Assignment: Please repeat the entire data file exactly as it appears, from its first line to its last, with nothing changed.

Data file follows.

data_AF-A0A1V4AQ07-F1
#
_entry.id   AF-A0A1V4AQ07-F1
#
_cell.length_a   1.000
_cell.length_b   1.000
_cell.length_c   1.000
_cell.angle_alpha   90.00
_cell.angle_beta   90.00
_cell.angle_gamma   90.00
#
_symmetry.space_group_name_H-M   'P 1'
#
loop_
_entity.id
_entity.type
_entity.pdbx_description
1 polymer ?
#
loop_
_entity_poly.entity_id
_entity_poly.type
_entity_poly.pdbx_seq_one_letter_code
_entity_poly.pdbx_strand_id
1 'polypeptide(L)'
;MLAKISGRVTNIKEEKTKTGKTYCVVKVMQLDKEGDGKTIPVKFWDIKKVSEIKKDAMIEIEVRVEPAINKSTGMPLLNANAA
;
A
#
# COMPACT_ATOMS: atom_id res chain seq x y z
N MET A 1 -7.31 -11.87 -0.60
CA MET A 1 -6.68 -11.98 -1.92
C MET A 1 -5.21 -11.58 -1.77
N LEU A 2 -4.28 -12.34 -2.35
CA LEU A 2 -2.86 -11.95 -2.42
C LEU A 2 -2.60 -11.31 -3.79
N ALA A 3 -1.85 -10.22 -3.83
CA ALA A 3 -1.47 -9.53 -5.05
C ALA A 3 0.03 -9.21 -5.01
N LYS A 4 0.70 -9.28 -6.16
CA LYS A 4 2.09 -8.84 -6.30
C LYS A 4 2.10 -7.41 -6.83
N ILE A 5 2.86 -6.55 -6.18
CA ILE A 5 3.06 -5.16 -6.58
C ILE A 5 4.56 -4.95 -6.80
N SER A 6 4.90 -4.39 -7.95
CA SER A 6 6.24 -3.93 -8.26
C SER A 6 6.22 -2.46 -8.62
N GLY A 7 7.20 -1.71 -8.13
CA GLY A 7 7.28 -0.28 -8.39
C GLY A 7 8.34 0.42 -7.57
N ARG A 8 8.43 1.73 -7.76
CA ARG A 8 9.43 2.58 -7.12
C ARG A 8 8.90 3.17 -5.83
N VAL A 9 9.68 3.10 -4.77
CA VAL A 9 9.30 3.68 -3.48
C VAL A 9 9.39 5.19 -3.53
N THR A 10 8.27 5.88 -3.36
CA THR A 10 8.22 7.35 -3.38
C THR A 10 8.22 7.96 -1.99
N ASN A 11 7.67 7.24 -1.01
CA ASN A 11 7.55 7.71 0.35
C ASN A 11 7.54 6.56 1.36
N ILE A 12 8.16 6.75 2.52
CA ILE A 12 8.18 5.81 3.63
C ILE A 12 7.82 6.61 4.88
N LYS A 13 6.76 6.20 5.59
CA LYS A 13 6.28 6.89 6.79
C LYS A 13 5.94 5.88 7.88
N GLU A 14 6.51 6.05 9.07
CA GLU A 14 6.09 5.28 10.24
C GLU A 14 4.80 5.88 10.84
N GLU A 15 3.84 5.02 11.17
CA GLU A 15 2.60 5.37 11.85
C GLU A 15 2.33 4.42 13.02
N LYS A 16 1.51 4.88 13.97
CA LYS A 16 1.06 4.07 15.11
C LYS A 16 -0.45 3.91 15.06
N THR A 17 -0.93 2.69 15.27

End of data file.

data_AF-A0A1V4AQ07-F1
#
_entry.id   AF-A0A1V4AQ07-F1
#
_cell.length_a   1.000
_cell.length_b   1.000
_cell.length_c   1.000
_cell.angle_alpha   90.00
_cell.angle_beta   90.00
_cell.angle_gamma   90.00
#
_symmetry.space_group_name_H-M   'P 1'
#
loop_
_entity.id
_entity.type
_entity.pdbx_description
1 polymer ?
#
loop_
_entity_poly.entity_id
_entity_poly.type
_entity_poly.pdbx_seq_one_letter_code
_entity_poly.pdbx_strand_id
1 'polypeptide(L)'
;MLAKISGRVTNIKEEKTKTGKTYCVVKVMQLDKEGDGKTIPVKFWDIKKVSEIKKDAMIEIEVRVEPAINKSTGMPLLNANAA
;
A
#
# COMPACT_ATOMS: atom_id res chain seq x y z
N MET A 1 -7.31 -11.87 -0.60
CA MET A 1 -6.68 -11.98 -1.92
C MET A 1 -5.21 -11.58 -1.77
N LEU A 2 -4.28 -12.34 -2.35
CA LEU A 2 -2.86 -11.95 -2.42
C LEU A 2 -2.60 -11.31 -3.79
N ALA A 3 -1.85 -10.22 -3.83
CA ALA A 3 -1.47 -9.53 -5.05
C ALA A 3 0.03 -9.21 -5.01
N LYS A 4 0.70 -9.28 -6.16
CA LYS A 4 2.09 -8.84 -6.30
C LYS A 4 2.10 -7.41 -6.83
N ILE A 5 2.86 -6.55 -6.18
CA ILE A 5 3.06 -5.16 -6.58
C ILE A 5 4.56 -4.95 -6.80
N SER A 6 4.90 -4.39 -7.95
CA SER A 6 6.24 -3.93 -8.26
C SER A 6 6.22 -2.46 -8.62
N GLY A 7 7.20 -1.71 -8.13
CA GLY A 7 7.28 -0.28 -8.39
C GLY A 7 8.34 0.42 -7.57
N ARG A 8 8.43 1.73 -7.76
CA ARG A 8 9.43 2.58 -7.12
C ARG A 8 8.90 3.17 -5.83
N VAL A 9 9.68 3.10 -4.77
CA VAL A 9 9.30 3.68 -3.48
C VAL A 9 9.39 5.19 -3.53
N THR A 10 8.27 5.88 -3.36
CA THR A 10 8.22 7.35 -3.38
C THR A 10 8.22 7.96 -1.99
N ASN A 11 7.67 7.24 -1.01
CA ASN A 11 7.55 7.71 0.35
C ASN A 11 7.54 6.56 1.36
N ILE A 12 8.16 6.75 2.52
CA ILE A 12 8.18 5.81 3.63
C ILE A 12 7.82 6.61 4.88
N LYS A 13 6.76 6.20 5.59
CA LYS A 13 6.28 6.89 6.79
C LYS A 13 5.94 5.88 7.88
N GLU A 14 6.51 6.05 9.07
CA GLU A 14 6.09 5.28 10.24
C GLU A 14 4.80 5.88 10.84
N GLU A 15 3.84 5.02 11.17
CA GLU A 15 2.60 5.37 11.85
C GLU A 15 2.33 4.42 13.02
N LYS A 16 1.51 4.88 13.97
CA LYS A 16 1.06 4.07 15.11
C LYS A 16 -0.45 3.91 15.06
N THR A 17 -0.93 2.69 15.27